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 Although it has been than 60 years, Edward "Dosie" Dostie, a flight engineer, vividly remembers the day his aircraft went down, the events surrounding his capture, and his life as a prisoner of war and life in the Stalag 17B, just like it was yesterday.
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Hogan's Heroes head for another Galaxy
Members from Hogan’s Heroes reunion tour and family members pose for a group photo on the front loading ramp of a C-5 Galaxy military cargo jet, May 2, 2011 at Lackland Air Force Base, Texas. Hogan’s Heroes is a group of former American prisoners of war who, in 1943, were interned at the concentration camp known as Stalag 17B in Krems, Austria. Their visit is part of the group’s annual reunion that in 2011 celebrates their 67th year of liberation from the German Nazi forces. (U.S. Air Force photo/Senior Airman Luis Loza Gutierrez)
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The Real Hogan's Heroes visit 433d Airlift Wing

Posted 6/7/2011   Updated 6/7/2011 Email story   Print story


by Senior Master Sgt. Minnie Jones
433rd Airlift Wing Public Affairs

6/7/2011 - Lackland Air Force Base, Texas -- by Senior Master Sgt. Minnie Jones
433rd Airlift Wing Public Affairs

5/13/2011 - Lackland Air Force Base, Texas -- Although it has been more than 60 years, Edward "Dosie" Dostie, a World War !! B-17 Flying Fortress flight engineer vividly remembers the day his aircraft went down over Germany. During his recent visit to the 433rd Airlift Wing, he recalled the events surrounding his capture, his life as a prisoner of war and life in the Stalag 17B, just like it was yesterday.

Like many of the missions that members of the 433rd participate in today, it was a voluntary war for Dostie.
"We guys flying, were strictly volunteer," said Dostie. He recalls the day, his B-17 Flying Fortress a four-engine heavy bomber went down over Germany. He never had to jump out of a plane before, but he did what he had to do in order to survive.

After he was captured, Dostie was first taken to Dulag, where he was processed and interrogated. It is estimated that 77,000 POWs were held in German prisoner of war camps, called Stalags, short for Stammlager Lufts, or prison camps.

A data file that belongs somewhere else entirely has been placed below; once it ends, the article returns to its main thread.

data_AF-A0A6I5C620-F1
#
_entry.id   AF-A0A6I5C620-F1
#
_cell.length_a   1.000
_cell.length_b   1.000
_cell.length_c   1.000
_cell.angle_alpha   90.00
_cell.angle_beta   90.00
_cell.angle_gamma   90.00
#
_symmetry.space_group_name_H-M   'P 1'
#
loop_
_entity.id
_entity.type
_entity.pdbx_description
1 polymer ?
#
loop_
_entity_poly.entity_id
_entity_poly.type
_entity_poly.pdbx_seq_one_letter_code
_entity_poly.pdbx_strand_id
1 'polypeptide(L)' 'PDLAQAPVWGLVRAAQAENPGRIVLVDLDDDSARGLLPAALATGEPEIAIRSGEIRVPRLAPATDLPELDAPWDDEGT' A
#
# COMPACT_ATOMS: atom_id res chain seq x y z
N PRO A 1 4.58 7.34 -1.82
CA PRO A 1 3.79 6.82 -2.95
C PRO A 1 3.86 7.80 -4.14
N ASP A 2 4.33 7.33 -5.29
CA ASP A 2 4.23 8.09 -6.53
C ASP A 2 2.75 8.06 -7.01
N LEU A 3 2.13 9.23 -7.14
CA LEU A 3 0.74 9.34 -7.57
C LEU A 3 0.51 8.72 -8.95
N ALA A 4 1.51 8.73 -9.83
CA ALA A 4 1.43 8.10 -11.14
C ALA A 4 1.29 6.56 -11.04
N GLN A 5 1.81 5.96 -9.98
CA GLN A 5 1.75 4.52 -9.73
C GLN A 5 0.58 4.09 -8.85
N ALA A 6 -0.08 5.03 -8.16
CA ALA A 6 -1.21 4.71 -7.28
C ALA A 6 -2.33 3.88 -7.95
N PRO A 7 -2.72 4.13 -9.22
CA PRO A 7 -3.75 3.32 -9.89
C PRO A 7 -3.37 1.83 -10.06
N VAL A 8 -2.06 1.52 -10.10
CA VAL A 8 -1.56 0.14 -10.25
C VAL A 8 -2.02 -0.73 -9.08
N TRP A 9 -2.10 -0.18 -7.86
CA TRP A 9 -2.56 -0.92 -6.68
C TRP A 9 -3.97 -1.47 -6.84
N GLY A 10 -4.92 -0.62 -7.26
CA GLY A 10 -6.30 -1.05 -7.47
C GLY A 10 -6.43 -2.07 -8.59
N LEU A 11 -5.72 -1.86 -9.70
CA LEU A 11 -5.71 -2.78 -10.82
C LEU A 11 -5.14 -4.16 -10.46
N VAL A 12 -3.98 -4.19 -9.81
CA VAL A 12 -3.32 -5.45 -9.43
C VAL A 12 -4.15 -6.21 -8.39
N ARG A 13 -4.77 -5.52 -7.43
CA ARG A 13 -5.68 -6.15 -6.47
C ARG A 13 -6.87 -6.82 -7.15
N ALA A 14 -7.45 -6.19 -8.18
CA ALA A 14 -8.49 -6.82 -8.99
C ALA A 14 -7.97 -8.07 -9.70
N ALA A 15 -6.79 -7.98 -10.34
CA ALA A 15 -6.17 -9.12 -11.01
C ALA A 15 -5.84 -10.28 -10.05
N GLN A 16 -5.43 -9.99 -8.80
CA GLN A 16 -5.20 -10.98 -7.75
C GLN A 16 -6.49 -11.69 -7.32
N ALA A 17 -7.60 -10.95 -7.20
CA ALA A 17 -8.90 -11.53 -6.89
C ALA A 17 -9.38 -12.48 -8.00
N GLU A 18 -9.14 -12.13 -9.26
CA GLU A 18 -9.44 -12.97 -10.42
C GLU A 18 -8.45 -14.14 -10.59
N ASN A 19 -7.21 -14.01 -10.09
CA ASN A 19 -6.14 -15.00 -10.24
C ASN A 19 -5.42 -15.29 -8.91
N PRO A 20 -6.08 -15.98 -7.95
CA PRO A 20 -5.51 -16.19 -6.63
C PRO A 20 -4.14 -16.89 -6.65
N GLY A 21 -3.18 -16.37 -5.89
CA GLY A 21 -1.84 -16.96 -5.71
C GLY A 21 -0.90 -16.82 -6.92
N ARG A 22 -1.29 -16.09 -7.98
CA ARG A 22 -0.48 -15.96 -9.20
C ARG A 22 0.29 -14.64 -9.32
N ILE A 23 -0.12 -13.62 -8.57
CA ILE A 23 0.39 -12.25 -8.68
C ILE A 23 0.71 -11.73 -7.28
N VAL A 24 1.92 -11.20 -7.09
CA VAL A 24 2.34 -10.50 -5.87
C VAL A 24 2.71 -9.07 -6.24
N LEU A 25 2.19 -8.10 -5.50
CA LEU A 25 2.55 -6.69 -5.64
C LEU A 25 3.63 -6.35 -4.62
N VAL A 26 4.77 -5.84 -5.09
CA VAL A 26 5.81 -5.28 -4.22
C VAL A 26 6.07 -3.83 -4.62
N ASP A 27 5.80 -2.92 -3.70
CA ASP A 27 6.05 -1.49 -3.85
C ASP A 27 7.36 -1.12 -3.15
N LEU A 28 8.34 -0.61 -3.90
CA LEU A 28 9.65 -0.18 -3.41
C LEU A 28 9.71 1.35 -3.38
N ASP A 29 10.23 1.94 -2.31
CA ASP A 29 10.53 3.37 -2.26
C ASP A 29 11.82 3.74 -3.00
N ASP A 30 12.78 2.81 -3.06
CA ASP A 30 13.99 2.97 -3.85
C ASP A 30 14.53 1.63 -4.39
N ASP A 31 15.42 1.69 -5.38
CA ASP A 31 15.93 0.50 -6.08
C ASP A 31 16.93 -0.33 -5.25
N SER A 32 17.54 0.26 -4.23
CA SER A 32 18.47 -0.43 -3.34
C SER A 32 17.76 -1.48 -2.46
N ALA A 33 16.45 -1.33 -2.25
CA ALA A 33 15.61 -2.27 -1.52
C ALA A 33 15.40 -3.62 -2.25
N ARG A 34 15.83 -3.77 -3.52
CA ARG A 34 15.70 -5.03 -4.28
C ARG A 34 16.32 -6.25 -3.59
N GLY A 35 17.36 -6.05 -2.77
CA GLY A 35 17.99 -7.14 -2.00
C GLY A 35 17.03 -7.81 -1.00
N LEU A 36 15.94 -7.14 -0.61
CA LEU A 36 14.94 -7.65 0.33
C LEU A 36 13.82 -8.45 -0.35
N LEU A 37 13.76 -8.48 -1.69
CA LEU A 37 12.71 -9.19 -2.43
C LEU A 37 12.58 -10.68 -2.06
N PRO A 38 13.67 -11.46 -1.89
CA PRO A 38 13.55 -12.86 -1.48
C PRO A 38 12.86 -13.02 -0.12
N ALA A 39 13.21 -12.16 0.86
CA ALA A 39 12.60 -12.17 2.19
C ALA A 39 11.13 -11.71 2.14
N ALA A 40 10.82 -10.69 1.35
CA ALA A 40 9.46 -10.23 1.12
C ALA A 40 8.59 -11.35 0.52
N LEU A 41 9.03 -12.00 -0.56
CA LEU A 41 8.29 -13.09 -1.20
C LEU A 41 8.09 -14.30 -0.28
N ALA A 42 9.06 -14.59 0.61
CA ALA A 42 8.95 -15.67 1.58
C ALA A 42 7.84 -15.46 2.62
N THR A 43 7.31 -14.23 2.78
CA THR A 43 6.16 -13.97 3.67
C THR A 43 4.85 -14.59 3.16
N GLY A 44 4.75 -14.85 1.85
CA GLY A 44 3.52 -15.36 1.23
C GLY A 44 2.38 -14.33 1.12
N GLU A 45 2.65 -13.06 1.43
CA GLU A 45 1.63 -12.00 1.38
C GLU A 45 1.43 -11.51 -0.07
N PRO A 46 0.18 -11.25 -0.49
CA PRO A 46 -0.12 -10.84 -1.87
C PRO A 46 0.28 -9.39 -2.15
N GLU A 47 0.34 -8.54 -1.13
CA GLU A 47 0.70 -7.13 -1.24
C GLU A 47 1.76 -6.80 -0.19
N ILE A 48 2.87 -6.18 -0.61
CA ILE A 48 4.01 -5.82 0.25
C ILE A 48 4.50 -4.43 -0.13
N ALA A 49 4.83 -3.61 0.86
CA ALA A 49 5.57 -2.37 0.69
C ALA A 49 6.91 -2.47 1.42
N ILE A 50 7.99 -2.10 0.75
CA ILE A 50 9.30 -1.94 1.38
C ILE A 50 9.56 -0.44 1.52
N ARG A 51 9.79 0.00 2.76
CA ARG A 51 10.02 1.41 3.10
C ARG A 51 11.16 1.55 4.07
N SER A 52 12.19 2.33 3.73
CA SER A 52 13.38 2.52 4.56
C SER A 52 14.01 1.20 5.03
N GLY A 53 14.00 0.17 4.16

After leaving Dulag, Dostie was then taken to Stalag 7A, a prison camp for Allied air force officers in Mossberg, Germany. He was later transferred by train to one of the most infamous World War II POW camps, Stalag Luft 17B, located in Krems, Austria, at the base of the Alps. That is where Dostie and his camp mates finally came to stay.

Stalag Luft 17B was surrounded by barbed wire, and contained about five wooden huts that housed about 200 men each. The prisoners slept in bunked-type beds that were stacked three high. Living conditions were poor, with insufficient heat, and inadequate latrines and baths. There was no hot water and very little food.

At one time, the camp held about 4,200 prisoners, all noncommissioned officers. The camp was so infamous that it was the basis of the movie "Stalag 17" directed by Billy Wilder, starring William Holden, as well as a television series, "Hogan's Heroes."But, unlike the well-known situation comedy the prisoner's lives in the camp weren't trouble-free.

When "Dosie" told his story, along with two other POWs from Stalag 17B, Joe Ortiz, a ball turret gunner, and Vincent Pale, a radio operator, both on the B-24 Liberator they seemed to focus on the positives and pluses of their experiences, not on the negatives. They recalled that, in order to pass the time, the men came up with things to occupy the days. They taught language classes, played baseball and held boxing matches.

"We created a theater called the Cardboard Playhouse. We would put on shows, we even had an orchestra," said Pale.

"The thing is, we were trying to show the Germans what we were like, and that they couldn't oppress us," said Dostie.

According to Dostie, some of the high points of the men's stay were the deliveries from the Red Cross that sometimes contained butter, chocolate, milk and cigarettes.
"If it wasn't for the Red Cross, we would never have made it," said Dostie.

In March 1945, the Russian troops were approaching from the east and the British and Americans from the west. From the camp, the men could see artillery flashes and hear bombing said, Pale. By this time, Germany was close to defeat. Then on April 8, the POWs were told by their captors that they had to evacuate the camp. About 4,000 men in different columns headed through the forest on foot. It was believed that the Germans wanted to avoid being taken by the Russians, who had a bad reputation of abusing German POWs, so they headed west toward the Americans.

Ortiz said, for the POWs, the bleakest point of their imprisonment was the time spent walking through the forest. The conditions were worse than living back at the camp, there was even less food, so they would scavenge what they could off the land. Some of the men were frostbitten, others were plagued with Dysentery.

"It was one of the coldest winters ever in Europe," said Pale. "At night, men would sleep in groups of threes, with one rotating to the middle every so often to keep warm."
After marching more than 280 miles, the men were told to make camp in Austria's Leach Forest.

Then, May 3, 1945, liberation day, the men saw armored tanks busting through the forests' tall trees coming toward them. Those tanks were driven by the 13th Armored Division of the 3rd Army. After about 10 more days in the forest, they were flown to camp Lucky Strike located just outside of Le Havre, France.

There, they were greeted with coffee and doughnuts and given a new set of clothes by the Austrian Red Cross. After spending several days recuperating at camp Lucky Strike, they boarded the ship, Marine Dragon, and headed for home.

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